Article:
Election Reform Panelists

April 3, 1998

Pierce, St. Croix Election Reform Panelists Named

For more information, contact:
Professor David Schultz, 715/425-3318, or
Paul Schaefer, Jefferson Center, at 715/792-5127

Twenty-one residents of Pierce and St. Croix counties will serve as panelists to come up with an independent plan on campaign financing election reform for state offices in Wisconsin.

From April 13-17, the panelists will meet at UW-River Falls to hear in-depth presentations on five approaches to campaign financing election reform gaining momentum in Wisconsin.

Sponsored by the Citizens Election Forum of Minneapolis, the panelists will take testimony for a week and issue a report on its opinion of the most effective way to finance Wisconsin elections. Students in a political participation course taught by UW-RF political science Professor Dave Schultz selected the panelists and will monitor the week-long presentations and discussions for bias.

Appearing before the panelists to present their approach to electoral reform include:

Roger Bybee of Wisconsin Citizen Action. The Milwaukee-based chapter of the national organization advocates full public funding of political campaigns. It has not yet developed a specific proposal for Wisconsin.

Gail Shea, of the Wisconsin Democracy Campaign. The Madison-based group is a coalition of organizations that favor reforming campaign finance laws. It has developed a legislative proposal that supports a mix of public and private funding.

Rep. Joe Handrick, R-Minocqua, who is chair of the Wisconsin Assembly Campaign Finance Reform Committee. That body is nearing completion of a reform proposal that is likely to favor more private funding with less public funding. Its findings are likely to be incorporated into Gov. Tommy Thompson's Blue Ribbon Commission on Campaign Reform, known as the Kettl Commission.

Brent Pickens, chair of the Wisconsin Christian Coalition. The Madison-based organization supports a strict free speech or free market approach that opposes any reform measure.

Ned Crosby, founder of the Twin Cities-based Citizens Election Forum. He advocates a reform proposal that focuses on improving the dialogue between citizens and candidates in a way that empowers citizens.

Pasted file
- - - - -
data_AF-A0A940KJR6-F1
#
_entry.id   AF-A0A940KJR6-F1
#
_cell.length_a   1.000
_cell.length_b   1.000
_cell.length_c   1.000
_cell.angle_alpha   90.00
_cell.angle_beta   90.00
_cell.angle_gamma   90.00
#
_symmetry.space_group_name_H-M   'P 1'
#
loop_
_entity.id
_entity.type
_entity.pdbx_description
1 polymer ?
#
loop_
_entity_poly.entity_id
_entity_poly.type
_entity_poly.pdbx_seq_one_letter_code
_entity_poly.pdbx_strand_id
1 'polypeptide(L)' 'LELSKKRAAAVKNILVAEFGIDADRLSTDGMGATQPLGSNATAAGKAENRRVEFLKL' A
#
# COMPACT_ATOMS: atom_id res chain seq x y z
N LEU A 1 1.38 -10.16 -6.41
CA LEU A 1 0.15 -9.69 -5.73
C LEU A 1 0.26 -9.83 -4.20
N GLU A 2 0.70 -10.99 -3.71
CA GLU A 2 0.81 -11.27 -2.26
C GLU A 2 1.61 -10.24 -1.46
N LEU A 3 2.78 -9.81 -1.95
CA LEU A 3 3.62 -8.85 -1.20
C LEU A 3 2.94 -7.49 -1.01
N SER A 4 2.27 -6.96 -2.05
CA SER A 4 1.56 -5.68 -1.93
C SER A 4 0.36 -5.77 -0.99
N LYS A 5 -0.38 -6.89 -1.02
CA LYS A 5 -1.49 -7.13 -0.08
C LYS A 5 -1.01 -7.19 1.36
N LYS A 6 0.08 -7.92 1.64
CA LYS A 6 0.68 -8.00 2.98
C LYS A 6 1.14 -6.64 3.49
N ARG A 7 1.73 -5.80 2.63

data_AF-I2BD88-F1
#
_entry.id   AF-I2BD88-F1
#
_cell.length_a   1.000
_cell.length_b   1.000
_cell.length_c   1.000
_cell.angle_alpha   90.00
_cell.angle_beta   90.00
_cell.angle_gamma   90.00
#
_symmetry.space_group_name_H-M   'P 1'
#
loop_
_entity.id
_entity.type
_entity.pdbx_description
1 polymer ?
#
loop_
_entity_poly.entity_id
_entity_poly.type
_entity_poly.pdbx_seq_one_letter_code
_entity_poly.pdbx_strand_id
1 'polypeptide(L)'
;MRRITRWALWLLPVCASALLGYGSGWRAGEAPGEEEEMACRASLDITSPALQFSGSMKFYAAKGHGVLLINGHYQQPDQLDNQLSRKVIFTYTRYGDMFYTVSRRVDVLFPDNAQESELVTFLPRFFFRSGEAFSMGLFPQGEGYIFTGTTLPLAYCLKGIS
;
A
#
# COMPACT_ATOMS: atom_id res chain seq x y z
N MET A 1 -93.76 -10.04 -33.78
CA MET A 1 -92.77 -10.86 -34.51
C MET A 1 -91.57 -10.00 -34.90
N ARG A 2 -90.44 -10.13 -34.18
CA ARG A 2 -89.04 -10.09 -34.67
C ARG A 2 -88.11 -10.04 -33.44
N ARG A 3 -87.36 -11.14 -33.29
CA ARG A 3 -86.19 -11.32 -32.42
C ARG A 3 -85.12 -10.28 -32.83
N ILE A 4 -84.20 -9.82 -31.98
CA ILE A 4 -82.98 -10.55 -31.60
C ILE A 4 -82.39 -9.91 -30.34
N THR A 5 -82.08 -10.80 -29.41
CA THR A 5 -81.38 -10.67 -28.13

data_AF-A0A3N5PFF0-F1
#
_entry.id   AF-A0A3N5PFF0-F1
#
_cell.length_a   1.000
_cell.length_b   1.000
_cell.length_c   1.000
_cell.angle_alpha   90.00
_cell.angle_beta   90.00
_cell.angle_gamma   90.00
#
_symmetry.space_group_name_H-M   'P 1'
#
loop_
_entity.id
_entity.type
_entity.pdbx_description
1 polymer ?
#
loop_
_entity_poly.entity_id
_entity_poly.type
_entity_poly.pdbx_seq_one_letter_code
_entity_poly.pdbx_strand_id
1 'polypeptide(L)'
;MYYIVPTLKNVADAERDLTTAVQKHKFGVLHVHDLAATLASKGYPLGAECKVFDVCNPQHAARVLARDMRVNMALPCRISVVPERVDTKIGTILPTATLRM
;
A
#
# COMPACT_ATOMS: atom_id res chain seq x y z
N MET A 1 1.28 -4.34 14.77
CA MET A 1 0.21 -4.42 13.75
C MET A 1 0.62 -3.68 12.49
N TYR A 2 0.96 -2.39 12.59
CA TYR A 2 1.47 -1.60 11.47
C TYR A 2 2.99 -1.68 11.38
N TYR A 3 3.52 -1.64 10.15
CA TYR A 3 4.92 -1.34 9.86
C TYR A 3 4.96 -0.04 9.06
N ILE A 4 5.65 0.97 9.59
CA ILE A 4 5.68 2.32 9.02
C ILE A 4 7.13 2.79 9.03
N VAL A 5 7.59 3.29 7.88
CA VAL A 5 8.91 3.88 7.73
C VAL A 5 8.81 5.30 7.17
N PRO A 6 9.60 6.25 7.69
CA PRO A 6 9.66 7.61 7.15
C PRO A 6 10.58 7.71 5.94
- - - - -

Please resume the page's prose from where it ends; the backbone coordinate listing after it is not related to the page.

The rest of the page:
Following each presentation, representatives of each of the five proposals will be asked to critique the best and worst aspects of each option for campaign finance reform. Panelists also will ask questions of presenters.

The panelists' final report is expected to be released in May.

Jefferson Center founder Crosby said the campaign finance reform panel's recommendations will be shared widely. He said he hopes the Center can raise up to $15 million in corporate and foundation donations to share the recommendations nationwide. In some states, Crosby said, there is the potential to use the initiative process in to adopt the panel's recommendations as state law.

The St. Croix and Pierce county panelists were selected from 400 residents contacted randomly to be a mirror of American demographic profiles based on race, age and gender. They are balanced among those who both favor or oppose campaign funding reform that reflects the current distibution of Americans on the topic as indicated in national polls. Named to the panel, by hometown and occupation are:

Hudson: Charles Aubin, sheet metal fabrication; Frances M. Birkmose, retired legal secretary; Tracy Dierks, state coordinator, Minneapolis YMCA Youth in Government program; Robert Juckel, account clerk; Neil Shirley, automotive specialist.

Emerald: Marilyn Benson, medical laboratory technician supervisor; Burleigh Larson, dairy farmer.

Bay City: Faye Earney, retired registered nurse; alternate Mary C. Acker, private music teacher.

Spring Valley: Charles M. Ford, labor.

Hammond: Donna M. Forsythe, retired bailiff and cashier.

Beldenville: Roger Gilbertson, retired contractor.

Ellsworth: Eric Groop, kitchen manager; alternate Marcella Snider, former welder.

Glenwood City: Crystal L. Konder, self-employed cabinetry and framing.

Hager City: Albert Lang, print shop machine operator.

Prescott: Katharine M. Lauwagie, marketing assistant; Mary Rother, retired dairy farmer and homemaker.

River Falls: Patricia Neisius, cook, UW-RF food service.

New Richmond: James R. Nelson, welding supervisor; alternate Randall "Scott" Vogt, former Anderson Windows employee.

More information about the Citizens Panel can be found on the World Wide Web at http://www.uwrf.edu/polsci/citizens_panel.html

To learn more about the panel, call Schultz at 715/425-3318.

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